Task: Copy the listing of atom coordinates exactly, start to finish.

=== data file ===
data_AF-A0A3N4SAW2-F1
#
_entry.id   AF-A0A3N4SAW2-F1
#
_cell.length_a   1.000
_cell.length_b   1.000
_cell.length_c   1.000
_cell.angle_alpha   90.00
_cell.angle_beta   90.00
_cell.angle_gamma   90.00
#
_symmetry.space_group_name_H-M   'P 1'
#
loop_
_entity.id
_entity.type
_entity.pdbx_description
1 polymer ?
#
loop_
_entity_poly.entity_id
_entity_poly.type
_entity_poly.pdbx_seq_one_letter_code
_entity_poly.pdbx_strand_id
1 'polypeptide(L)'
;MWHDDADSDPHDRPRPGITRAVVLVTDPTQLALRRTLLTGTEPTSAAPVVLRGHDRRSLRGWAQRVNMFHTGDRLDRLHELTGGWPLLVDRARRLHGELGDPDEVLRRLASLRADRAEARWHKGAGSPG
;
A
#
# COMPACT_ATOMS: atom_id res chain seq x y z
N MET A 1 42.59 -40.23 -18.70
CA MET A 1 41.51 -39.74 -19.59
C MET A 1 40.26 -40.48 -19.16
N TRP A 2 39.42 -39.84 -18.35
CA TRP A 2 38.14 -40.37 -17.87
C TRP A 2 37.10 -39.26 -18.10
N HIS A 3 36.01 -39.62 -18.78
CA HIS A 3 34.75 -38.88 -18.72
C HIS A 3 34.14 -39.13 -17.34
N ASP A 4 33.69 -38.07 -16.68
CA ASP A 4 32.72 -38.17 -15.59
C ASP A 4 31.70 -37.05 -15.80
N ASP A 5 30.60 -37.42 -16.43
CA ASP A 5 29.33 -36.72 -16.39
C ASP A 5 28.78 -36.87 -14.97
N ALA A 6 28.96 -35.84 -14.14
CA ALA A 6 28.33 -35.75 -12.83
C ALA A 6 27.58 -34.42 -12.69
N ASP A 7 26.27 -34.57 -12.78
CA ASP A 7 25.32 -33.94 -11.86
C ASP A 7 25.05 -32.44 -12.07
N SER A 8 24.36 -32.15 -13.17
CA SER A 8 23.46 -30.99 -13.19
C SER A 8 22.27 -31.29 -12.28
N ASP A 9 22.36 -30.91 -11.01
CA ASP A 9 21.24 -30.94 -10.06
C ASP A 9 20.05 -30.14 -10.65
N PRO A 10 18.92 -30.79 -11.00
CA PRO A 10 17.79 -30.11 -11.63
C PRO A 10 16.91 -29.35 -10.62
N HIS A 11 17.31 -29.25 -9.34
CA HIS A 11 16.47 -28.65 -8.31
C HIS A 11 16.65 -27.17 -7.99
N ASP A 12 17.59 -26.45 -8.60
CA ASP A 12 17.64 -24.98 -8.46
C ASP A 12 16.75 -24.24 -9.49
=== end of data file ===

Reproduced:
data_AF-A0A3N4SAW2-F1
#
_entry.id   AF-A0A3N4SAW2-F1
#
_cell.length_a   1.000
_cell.length_b   1.000
_cell.length_c   1.000
_cell.angle_alpha   90.00
_cell.angle_beta   90.00
_cell.angle_gamma   90.00
#
_symmetry.space_group_name_H-M   'P 1'
#
loop_
_entity.id
_entity.type
_entity.pdbx_description
1 polymer ?
#
loop_
_entity_poly.entity_id
_entity_poly.type
_entity_poly.pdbx_seq_one_letter_code
_entity_poly.pdbx_strand_id
1 'polypeptide(L)'
;MWHDDADSDPHDRPRPGITRAVVLVTDPTQLALRRTLLTGTEPTSAAPVVLRGHDRRSLRGWAQRVNMFHTGDRLDRLHELTGGWPLLVDRARRLHGELGDPDEVLRRLASLRADRAEARWHKGAGSPG
;
A
#
# COMPACT_ATOMS: atom_id res chain seq x y z
N MET A 1 42.59 -40.23 -18.70
CA MET A 1 41.51 -39.74 -19.59
C MET A 1 40.26 -40.48 -19.16
N TRP A 2 39.42 -39.84 -18.35
CA TRP A 2 38.14 -40.37 -17.87
C TRP A 2 37.10 -39.26 -18.10
N HIS A 3 36.01 -39.62 -18.78
CA HIS A 3 34.75 -38.88 -18.72
C HIS A 3 34.14 -39.13 -17.34
N ASP A 4 33.69 -38.07 -16.68
CA ASP A 4 32.72 -38.17 -15.59
C ASP A 4 31.70 -37.05 -15.80
N ASP A 5 30.60 -37.42 -16.43
CA ASP A 5 29.33 -36.72 -16.39
C ASP A 5 28.78 -36.87 -14.97
N ALA A 6 28.96 -35.84 -14.14
CA ALA A 6 28.33 -35.75 -12.83
C ALA A 6 27.58 -34.42 -12.69
N ASP A 7 26.27 -34.57 -12.78
CA ASP A 7 25.32 -33.94 -11.86
C ASP A 7 25.05 -32.44 -12.07
N SER A 8 24.36 -32.15 -13.17
CA SER A 8 23.46 -30.99 -13.19
C SER A 8 22.27 -31.29 -12.28
N ASP A 9 22.36 -30.91 -11.01
CA ASP A 9 21.24 -30.94 -10.06
C ASP A 9 20.05 -30.14 -10.65
N PRO A 10 18.92 -30.79 -11.00
CA PRO A 10 17.79 -30.11 -11.63
C PRO A 10 16.91 -29.35 -10.62
N HIS A 11 17.31 -29.25 -9.34
CA HIS A 11 16.47 -28.65 -8.31
C HIS A 11 16.65 -27.17 -7.99
N ASP A 12 17.59 -26.45 -8.60
CA ASP A 12 17.64 -24.98 -8.46
C ASP A 12 16.75 -24.24 -9.49